There has been much controversy about the Begg technique since its introduction in this country. This controversy has focused on the biomechanics, specific tissue reactions, the speed, ease, chair time, and patient comfort experienced in its use, and the cephalometric results of treatment. Because of the magnitude of the discrepancies found in the literature, a comprehensive clinical evaluation of the Begg technique was conducted through the termination of Stage II mechanics.
The study indicated that light forces in the range of 2.5 to 3 ounces are adequate for tipping teeth and closing extraction spaces. The effectiveness of the technique in maintaining anchorage is questionable. The cephalometric results were the expected at the end of Stage II. Patients experienced relatively little discomfort, and no root resorption was found. Clinicians participating in the study found the technique easy to work with. The length of treatment time for Stage I and II, and the projection of total treatment time was favorable.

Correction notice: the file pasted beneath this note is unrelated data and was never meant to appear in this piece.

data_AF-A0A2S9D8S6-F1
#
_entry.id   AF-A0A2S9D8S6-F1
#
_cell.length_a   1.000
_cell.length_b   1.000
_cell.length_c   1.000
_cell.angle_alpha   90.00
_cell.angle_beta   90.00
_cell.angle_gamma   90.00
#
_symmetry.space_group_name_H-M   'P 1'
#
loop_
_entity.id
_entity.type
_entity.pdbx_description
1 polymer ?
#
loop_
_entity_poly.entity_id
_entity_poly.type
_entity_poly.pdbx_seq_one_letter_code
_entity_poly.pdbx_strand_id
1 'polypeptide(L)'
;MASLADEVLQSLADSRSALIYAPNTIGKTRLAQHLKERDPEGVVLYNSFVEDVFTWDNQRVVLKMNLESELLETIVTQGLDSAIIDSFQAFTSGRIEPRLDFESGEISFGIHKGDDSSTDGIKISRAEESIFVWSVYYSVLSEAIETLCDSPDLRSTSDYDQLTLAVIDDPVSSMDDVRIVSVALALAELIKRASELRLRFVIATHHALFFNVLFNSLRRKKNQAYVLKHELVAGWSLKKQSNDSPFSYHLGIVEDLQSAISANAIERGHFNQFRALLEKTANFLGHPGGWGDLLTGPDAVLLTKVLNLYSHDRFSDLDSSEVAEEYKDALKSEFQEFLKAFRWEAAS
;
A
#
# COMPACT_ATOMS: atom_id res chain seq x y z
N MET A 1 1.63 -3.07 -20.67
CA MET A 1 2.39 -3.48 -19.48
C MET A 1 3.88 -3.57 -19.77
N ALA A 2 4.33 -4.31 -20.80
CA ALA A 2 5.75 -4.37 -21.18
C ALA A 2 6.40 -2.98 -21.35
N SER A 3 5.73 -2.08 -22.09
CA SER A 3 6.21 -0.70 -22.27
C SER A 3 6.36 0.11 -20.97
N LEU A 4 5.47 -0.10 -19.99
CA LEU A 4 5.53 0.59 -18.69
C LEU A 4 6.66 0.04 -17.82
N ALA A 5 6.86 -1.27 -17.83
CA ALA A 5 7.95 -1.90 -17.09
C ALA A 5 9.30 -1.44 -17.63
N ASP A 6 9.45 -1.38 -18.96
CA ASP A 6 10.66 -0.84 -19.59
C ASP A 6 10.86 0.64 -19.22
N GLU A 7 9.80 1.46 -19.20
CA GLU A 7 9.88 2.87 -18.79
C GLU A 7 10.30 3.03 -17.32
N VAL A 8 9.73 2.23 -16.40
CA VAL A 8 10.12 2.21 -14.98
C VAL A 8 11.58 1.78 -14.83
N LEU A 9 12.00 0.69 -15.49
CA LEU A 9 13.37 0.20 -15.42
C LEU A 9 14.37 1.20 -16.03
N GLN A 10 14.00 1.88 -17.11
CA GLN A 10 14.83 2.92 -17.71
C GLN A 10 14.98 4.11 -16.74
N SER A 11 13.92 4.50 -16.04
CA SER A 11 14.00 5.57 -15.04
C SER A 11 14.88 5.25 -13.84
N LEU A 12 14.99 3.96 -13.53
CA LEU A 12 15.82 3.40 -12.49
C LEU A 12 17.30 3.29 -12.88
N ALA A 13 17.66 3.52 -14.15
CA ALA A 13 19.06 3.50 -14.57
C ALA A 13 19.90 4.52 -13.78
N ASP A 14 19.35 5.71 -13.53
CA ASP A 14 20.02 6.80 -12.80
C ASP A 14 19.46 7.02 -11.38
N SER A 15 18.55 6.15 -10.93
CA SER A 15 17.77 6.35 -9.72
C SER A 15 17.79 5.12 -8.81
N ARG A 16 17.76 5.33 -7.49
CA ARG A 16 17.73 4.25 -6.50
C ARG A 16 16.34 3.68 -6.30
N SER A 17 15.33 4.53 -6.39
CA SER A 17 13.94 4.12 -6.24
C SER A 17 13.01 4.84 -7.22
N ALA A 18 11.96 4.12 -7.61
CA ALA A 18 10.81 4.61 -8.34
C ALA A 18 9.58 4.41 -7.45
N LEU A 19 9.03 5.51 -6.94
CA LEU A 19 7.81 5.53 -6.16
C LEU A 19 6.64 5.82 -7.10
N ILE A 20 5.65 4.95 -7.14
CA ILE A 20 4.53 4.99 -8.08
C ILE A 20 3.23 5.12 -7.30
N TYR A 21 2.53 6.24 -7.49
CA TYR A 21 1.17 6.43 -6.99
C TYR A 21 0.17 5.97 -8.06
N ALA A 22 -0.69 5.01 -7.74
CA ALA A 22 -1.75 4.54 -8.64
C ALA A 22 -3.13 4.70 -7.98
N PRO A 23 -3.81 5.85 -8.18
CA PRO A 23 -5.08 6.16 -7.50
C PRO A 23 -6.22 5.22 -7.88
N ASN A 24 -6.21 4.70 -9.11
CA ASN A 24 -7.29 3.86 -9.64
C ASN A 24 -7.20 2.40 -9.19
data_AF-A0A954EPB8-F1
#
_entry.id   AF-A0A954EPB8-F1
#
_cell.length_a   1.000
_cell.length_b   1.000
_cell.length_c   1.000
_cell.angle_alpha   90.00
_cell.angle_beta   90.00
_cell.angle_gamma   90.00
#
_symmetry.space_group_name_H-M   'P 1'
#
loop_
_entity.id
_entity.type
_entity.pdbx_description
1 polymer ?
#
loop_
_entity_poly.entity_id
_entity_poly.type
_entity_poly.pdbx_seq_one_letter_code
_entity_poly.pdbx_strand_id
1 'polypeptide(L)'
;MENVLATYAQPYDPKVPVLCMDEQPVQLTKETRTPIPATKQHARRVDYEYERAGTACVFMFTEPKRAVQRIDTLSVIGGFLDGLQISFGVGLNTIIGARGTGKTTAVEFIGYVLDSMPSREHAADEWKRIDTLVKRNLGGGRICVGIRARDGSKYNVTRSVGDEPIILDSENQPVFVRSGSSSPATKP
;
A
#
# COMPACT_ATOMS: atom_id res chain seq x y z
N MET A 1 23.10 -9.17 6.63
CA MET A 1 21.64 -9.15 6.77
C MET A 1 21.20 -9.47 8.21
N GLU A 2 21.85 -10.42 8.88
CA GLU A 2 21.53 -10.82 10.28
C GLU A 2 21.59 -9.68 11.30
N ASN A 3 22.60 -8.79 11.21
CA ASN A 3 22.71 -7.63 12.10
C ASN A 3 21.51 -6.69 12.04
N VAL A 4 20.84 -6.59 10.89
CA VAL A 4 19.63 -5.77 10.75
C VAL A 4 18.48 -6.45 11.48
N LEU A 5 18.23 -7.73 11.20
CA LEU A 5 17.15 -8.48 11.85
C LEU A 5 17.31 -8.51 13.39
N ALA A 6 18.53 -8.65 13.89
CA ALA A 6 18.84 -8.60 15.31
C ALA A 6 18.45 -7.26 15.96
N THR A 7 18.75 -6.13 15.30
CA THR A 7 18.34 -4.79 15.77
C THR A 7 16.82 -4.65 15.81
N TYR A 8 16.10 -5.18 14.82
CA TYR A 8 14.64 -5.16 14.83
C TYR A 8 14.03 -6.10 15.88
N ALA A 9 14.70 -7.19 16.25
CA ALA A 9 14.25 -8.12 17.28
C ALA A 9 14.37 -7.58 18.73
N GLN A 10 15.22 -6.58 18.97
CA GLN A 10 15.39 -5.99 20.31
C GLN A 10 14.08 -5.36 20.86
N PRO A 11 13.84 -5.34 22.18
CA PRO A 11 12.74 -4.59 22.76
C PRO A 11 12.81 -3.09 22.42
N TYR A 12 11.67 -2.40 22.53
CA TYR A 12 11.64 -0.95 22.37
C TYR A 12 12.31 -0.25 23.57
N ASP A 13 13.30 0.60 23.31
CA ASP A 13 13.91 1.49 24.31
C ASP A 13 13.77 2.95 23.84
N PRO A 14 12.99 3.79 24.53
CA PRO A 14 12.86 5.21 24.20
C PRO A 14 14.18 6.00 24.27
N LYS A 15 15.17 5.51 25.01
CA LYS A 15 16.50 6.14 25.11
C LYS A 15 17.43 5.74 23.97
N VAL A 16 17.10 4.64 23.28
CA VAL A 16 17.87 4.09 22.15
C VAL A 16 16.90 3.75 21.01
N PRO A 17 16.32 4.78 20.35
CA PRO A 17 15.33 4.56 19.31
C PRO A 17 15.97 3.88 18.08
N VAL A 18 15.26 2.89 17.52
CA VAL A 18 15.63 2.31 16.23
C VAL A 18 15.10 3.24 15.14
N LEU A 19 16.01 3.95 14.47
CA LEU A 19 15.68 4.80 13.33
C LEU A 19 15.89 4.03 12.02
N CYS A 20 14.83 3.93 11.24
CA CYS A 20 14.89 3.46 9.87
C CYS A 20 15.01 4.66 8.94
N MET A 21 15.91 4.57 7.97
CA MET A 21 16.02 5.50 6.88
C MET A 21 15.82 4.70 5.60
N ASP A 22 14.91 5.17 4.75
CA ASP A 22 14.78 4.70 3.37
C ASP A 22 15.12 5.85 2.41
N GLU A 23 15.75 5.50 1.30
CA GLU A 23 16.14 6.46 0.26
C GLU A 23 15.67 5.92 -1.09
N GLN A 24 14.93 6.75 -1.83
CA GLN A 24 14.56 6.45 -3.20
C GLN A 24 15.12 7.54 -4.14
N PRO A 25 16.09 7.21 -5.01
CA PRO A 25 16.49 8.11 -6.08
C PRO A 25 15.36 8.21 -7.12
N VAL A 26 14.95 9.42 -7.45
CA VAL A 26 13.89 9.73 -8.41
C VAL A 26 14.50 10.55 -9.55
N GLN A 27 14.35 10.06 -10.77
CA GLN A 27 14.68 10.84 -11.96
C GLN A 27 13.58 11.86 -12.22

Roland D. Walters
John P. De Vincenzo
Jack L. Tomlinson
Peter C. Kao
Master of Science (MS)
Year Degree Awarded
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Loma Linda University Libraries
This title appears here courtesy of the author, who has granted Loma Linda University a limited, non-exclusive right to make this publication available to the public. The author retains all other copyrights.
Byrne, William G., "A Clinical Evaluation of Space Closure and Anchorage Loss in Stage I and II Begg Treatment" (1972). Loma Linda University Electronic Theses, Dissertations & Projects. 1280.
Loma Linda University Electronic Theses and Dissertations
Loma Linda University. Del E. Webb Memorial Library. University Archives